2. The Cumberland Bar: (Pictured at the top of this post.) A real bar a few blocks away that is tucked into an otherwise residential street.  Angus the portrait painter is a regular here, and this is where his dog Cyril (did I mention he has a gold tooth?) has his very own “beer bowl”.
  3. The Scottish Gallery: Located at number 16 Dundas Street, which is the proxy for Matthew’s fictitious Something Special Gallery. The spot where art snobs are unmasked and romance blossoms.
  4. Big Lou’s: Fictitious café across from Matthew’s gallery, home of a spectacular cappuccino machine that Lou is always polishing. It’s the center of all neighborhood gossip that doesn’t occur at the Cumberland Bar.
  5. Valvona & Crolla: Edinburgh’s oldest, and probably best, Italian deli.  This is where locals go for fresh mozzarella, espresso, and extra-virgin olive oil.  Perhaps the only benefit for Bertie of learning Italian—he absolutely craves the Panforte di Siena.

Valvona & Crolla, courtesy leilappetit_com jpg

Photo courtesy LeilAppetit.com

I loved touring around these sites, as it took me into the heart of a neighborhood that was right in Edinburgh, yet far off the tourist trail. It was wonderful to see the places mentioned in the books, bringing the characters to life for me.  While in Edinburgh, 44 Scotland Street became my new home address.

Click the link for more information about the 44 Scotland Street novels on Amazon.

Note: My camera punked out on me that day so most of these pictures are courtesy of My Weekly Book, a person who is reading a book a week for a year.

What books have made you want to visit a place?

Scotland is more than a wee land of kilts and bagpipers. It’s also the home of the most manly of foods—haggis. In our haggis taste test we try this food, which is basically a sheep’s stomach stuffed with sheep lungs, offal, oatmeal and spices. It may sound awful but it is so esteemed in local folklore that famed Scottish poet Robert Burns even wrote an ode called “An Address to A Haggis.” How many foods can claim such a literary heritage?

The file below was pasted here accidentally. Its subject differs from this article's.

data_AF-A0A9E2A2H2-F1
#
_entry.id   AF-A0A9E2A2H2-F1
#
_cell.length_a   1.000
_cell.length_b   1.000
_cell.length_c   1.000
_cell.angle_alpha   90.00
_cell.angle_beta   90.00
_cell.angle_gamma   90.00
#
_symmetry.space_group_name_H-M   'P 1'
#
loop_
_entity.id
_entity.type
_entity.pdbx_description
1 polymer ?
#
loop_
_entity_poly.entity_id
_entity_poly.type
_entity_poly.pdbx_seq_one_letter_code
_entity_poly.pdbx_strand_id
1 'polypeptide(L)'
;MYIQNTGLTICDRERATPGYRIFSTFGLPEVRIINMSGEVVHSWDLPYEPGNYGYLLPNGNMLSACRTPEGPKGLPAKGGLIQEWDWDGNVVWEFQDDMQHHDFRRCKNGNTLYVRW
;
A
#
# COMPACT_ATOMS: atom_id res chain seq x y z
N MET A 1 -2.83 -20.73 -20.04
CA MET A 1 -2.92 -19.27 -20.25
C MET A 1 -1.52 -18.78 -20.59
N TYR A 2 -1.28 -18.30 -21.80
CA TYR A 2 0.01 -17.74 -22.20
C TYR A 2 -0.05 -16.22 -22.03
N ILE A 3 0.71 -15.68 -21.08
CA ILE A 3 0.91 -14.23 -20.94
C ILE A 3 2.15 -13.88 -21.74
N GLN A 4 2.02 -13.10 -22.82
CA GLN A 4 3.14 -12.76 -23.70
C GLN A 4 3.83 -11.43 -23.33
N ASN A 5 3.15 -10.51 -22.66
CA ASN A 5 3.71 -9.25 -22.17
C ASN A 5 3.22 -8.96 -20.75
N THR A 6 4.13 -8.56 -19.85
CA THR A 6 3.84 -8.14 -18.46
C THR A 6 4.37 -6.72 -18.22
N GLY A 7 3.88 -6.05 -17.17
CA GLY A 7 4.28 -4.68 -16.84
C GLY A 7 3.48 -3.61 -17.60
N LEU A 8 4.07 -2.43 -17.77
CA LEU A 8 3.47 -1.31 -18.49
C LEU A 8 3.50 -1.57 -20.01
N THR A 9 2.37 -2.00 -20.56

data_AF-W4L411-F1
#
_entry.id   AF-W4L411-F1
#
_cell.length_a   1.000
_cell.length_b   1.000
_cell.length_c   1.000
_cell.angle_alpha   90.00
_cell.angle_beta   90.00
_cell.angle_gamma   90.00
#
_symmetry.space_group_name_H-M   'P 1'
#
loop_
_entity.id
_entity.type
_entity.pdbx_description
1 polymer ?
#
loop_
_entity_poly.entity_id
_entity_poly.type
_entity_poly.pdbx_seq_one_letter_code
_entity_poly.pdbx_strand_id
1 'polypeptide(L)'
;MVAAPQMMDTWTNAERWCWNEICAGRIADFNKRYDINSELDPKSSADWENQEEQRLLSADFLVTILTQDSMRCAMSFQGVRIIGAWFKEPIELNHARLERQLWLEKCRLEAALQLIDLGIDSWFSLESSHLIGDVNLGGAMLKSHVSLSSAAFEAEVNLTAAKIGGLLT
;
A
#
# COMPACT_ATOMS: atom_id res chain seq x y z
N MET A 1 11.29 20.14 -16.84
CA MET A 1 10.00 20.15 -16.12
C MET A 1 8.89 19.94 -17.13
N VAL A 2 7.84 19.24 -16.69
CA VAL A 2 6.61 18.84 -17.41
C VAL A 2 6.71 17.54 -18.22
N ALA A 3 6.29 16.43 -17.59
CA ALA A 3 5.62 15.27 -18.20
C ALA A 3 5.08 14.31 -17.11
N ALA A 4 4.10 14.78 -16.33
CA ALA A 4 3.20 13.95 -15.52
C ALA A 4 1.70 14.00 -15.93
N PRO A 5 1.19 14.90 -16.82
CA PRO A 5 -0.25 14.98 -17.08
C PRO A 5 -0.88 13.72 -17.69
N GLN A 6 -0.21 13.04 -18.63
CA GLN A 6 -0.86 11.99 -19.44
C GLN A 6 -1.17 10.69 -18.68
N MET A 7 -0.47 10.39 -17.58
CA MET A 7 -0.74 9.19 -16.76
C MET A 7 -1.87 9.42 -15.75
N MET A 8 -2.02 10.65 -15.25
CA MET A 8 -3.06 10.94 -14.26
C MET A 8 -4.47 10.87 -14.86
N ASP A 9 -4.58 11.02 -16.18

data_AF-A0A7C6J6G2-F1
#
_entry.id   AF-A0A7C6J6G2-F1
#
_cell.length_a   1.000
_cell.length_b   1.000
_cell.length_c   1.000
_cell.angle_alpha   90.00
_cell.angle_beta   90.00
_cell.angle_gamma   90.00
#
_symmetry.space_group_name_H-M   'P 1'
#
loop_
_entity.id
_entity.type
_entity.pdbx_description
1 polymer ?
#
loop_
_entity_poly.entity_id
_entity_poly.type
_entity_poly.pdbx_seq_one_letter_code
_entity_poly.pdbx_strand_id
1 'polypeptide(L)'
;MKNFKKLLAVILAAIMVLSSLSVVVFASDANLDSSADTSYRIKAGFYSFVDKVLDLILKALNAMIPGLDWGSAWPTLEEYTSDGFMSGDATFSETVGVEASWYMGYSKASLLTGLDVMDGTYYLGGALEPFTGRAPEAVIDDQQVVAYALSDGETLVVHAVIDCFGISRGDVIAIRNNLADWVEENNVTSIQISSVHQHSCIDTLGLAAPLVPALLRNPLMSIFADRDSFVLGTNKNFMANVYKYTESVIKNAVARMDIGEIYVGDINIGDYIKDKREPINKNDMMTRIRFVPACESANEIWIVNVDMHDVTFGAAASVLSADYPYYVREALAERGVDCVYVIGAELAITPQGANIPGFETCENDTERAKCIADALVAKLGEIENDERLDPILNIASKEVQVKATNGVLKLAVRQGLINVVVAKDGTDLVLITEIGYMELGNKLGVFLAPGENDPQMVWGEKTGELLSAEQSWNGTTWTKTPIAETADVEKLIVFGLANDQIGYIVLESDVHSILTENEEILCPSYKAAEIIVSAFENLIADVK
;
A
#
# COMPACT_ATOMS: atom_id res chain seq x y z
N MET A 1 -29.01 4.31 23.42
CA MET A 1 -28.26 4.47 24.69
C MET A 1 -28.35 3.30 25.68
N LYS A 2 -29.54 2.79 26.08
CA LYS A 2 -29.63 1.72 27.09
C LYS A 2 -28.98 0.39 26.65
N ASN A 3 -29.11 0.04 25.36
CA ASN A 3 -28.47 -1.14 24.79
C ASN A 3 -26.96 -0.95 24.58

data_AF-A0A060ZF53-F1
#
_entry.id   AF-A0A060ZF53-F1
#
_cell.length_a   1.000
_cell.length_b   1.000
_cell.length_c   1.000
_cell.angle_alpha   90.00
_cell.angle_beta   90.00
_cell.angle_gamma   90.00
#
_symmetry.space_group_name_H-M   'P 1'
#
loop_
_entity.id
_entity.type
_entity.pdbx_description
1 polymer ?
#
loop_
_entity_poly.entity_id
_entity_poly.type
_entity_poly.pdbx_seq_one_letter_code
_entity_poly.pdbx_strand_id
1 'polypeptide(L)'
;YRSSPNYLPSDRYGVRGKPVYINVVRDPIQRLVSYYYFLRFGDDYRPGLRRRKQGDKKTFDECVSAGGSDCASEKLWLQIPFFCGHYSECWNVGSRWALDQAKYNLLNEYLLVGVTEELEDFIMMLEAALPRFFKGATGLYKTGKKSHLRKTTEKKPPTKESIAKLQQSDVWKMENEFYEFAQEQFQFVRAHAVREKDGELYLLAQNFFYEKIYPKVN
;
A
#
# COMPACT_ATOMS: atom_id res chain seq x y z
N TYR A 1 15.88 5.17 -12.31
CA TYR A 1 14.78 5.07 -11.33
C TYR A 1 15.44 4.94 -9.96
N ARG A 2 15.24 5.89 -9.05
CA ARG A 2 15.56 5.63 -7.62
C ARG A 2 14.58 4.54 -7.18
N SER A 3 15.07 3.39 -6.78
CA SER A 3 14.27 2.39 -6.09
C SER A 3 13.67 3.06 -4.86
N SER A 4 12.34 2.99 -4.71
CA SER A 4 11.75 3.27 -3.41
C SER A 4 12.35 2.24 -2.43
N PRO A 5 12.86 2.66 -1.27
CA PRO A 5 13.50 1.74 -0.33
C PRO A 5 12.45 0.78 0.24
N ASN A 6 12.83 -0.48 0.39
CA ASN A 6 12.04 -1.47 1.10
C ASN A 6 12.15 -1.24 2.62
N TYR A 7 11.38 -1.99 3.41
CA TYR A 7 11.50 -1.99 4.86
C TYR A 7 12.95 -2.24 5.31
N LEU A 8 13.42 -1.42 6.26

Haggis taste test neeps and tatties

Traditional haggis with neeps and tatties.

Every year on January 25th, Burns’ birthday, Scots all over the world congregate to celebrate their literary hero and devour a feast of haggis. The haggis is led in a procession preceded by a bagpiper, odes are read and much whiskey is drunk. Eventually the host spears the haggis with a dagger to release the steam or “reek.” And boy does it reek. Typically it is served with neeps and tatties, that’s mashed potatoes and turnip for those of you for whom English is your primary language.

haggis taste

For a fancier night out, how about some haggis bon bons?

During our time in Scotland our goal was to try haggis in every form imaginable. Well it was Michael’s goal. He had basic forms of it in pubs, fancy haggis (yes such a thing exists) set in tiers at posh restaurants, haggis bon bons, curry haggis, haggis lasagna and haggis potato chips. His one regret was that the restaurant serving haggis soup had run out.

Haggis ingredients

The label suggests adding a "dram" of whiskey to the haggis. You might need a dram yourself before reading the ingredients.

For our American readers who are  hankering for some haggis we’re sorry to say you can’t get authentic haggis in America, some crazy rule about importing products with sheep lungs. So you need to head to Scotland for the real thing. That’s not so bad since Scotland has been one of the highlights of our year-long journey.

Here’s a video of our haggis taste test, including haggis curry and haggis potato chips. Yum.

[youtube]http://youtu.be/rZXsVOFdqZE[/youtube]

If reading this has gotten you really hungry here’s a link to our story about a tasty kokorec sandwich we devoured in Istanbul, it’s made from sheep intestine.  A few months later  we tried to find kokorec at one of the many Turkish doner kebab shops in Berlin but were told it’s illegal to sell it in Germany. Apparently they run into the same problem as importing haggis into the US.